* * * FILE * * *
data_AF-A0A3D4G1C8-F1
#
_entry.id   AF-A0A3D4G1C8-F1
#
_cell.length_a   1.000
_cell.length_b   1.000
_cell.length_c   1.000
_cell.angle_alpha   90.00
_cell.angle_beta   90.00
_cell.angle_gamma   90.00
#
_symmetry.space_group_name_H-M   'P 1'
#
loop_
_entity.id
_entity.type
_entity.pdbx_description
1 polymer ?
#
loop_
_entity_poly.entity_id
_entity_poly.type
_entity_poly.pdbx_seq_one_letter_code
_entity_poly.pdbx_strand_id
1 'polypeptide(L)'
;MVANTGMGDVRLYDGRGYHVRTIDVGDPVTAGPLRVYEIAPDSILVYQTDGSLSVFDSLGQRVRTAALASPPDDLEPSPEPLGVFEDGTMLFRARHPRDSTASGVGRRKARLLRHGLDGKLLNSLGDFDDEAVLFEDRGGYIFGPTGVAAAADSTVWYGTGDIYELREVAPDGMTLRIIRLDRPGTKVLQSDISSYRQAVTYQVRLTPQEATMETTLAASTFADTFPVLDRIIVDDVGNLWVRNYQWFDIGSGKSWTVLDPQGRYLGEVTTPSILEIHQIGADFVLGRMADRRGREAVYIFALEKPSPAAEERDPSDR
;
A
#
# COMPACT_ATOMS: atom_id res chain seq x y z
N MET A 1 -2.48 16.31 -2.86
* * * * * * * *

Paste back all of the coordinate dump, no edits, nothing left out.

data_AF-A0A3D4G1C8-F1
#
_entry.id   AF-A0A3D4G1C8-F1
#
_cell.length_a   1.000
_cell.length_b   1.000
_cell.length_c   1.000
_cell.angle_alpha   90.00
_cell.angle_beta   90.00
_cell.angle_gamma   90.00
#
_symmetry.space_group_name_H-M   'P 1'
#
loop_
_entity.id
_entity.type
_entity.pdbx_description
1 polymer ?
#
loop_
_entity_poly.entity_id
_entity_poly.type
_entity_poly.pdbx_seq_one_letter_code
_entity_poly.pdbx_strand_id
1 'polypeptide(L)'
;MVANTGMGDVRLYDGRGYHVRTIDVGDPVTAGPLRVYEIAPDSILVYQTDGSLSVFDSLGQRVRTAALASPPDDLEPSPEPLGVFEDGTMLFRARHPRDSTASGVGRRKARLLRHGLDGKLLNSLGDFDDEAVLFEDRGGYIFGPTGVAAAADSTVWYGTGDIYELREVAPDGMTLRIIRLDRPGTKVLQSDISSYRQAVTYQVRLTPQEATMETTLAASTFADTFPVLDRIIVDDVGNLWVRNYQWFDIGSGKSWTVLDPQGRYLGEVTTPSILEIHQIGADFVLGRMADRRGREAVYIFALEKPSPAAEERDPSDR
;
A
#
# COMPACT_ATOMS: atom_id res chain seq x y z
N MET A 1 -2.48 16.31 -2.86